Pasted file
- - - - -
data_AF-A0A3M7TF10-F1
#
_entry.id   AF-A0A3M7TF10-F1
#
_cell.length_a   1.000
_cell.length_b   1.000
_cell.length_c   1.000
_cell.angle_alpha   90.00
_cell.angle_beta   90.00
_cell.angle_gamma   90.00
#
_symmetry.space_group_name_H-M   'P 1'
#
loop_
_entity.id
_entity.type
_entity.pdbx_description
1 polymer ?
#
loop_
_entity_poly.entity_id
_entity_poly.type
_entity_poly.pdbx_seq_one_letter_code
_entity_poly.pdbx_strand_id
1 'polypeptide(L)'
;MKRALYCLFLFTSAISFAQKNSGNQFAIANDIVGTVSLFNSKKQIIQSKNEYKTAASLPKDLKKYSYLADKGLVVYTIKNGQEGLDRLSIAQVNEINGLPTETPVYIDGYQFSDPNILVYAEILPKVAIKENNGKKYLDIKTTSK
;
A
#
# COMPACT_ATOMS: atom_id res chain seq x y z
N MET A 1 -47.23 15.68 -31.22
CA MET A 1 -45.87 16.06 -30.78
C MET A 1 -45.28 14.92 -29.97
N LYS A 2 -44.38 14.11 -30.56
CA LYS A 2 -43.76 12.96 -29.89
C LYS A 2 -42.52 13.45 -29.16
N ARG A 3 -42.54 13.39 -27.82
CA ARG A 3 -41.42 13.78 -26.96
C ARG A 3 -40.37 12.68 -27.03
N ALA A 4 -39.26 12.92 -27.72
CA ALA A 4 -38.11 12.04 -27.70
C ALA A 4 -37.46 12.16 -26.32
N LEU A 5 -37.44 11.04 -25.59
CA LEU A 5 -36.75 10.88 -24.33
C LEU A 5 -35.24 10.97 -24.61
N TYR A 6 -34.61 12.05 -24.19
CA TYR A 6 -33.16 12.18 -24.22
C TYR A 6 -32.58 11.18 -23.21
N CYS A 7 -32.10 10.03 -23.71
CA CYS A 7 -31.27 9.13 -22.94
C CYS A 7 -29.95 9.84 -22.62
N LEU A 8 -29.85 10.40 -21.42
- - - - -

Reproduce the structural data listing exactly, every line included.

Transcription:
data_AF-A0A3M7TF10-F1
#
_entry.id   AF-A0A3M7TF10-F1
#
_cell.length_a   1.000
_cell.length_b   1.000
_cell.length_c   1.000
_cell.angle_alpha   90.00
_cell.angle_beta   90.00
_cell.angle_gamma   90.00
#
_symmetry.space_group_name_H-M   'P 1'
#
loop_
_entity.id
_entity.type
_entity.pdbx_description
1 polymer ?
#
loop_
_entity_poly.entity_id
_entity_poly.type
_entity_poly.pdbx_seq_one_letter_code
_entity_poly.pdbx_strand_id
1 'polypeptide(L)'
;MKRALYCLFLFTSAISFAQKNSGNQFAIANDIVGTVSLFNSKKQIIQSKNEYKTAASLPKDLKKYSYLADKGLVVYTIKNGQEGLDRLSIAQVNEINGLPTETPVYIDGYQFSDPNILVYAEILPKVAIKENNGKKYLDIKTTSK
;
A
#
# COMPACT_ATOMS: atom_id res chain seq x y z
N MET A 1 -47.23 15.68 -31.22
CA MET A 1 -45.87 16.06 -30.78
C MET A 1 -45.28 14.92 -29.97
N LYS A 2 -44.38 14.11 -30.56
CA LYS A 2 -43.76 12.96 -29.89
C LYS A 2 -42.52 13.45 -29.16
N ARG A 3 -42.54 13.39 -27.82
CA ARG A 3 -41.42 13.78 -26.96
C ARG A 3 -40.37 12.68 -27.03
N ALA A 4 -39.26 12.92 -27.72
CA ALA A 4 -38.11 12.04 -27.70
C ALA A 4 -37.46 12.16 -26.32
N LEU A 5 -37.44 11.04 -25.59
CA LEU A 5 -36.75 10.88 -24.33
C LEU A 5 -35.24 10.97 -24.61
N TYR A 6 -34.61 12.05 -24.19
CA TYR A 6 -33.16 12.18 -24.22
C TYR A 6 -32.58 11.18 -23.21
N CYS A 7 -32.10 10.03 -23.71
CA CYS A 7 -31.27 9.13 -22.94
C CYS A 7 -29.95 9.84 -22.62
N LEU A 8 -29.85 10.40 -21.42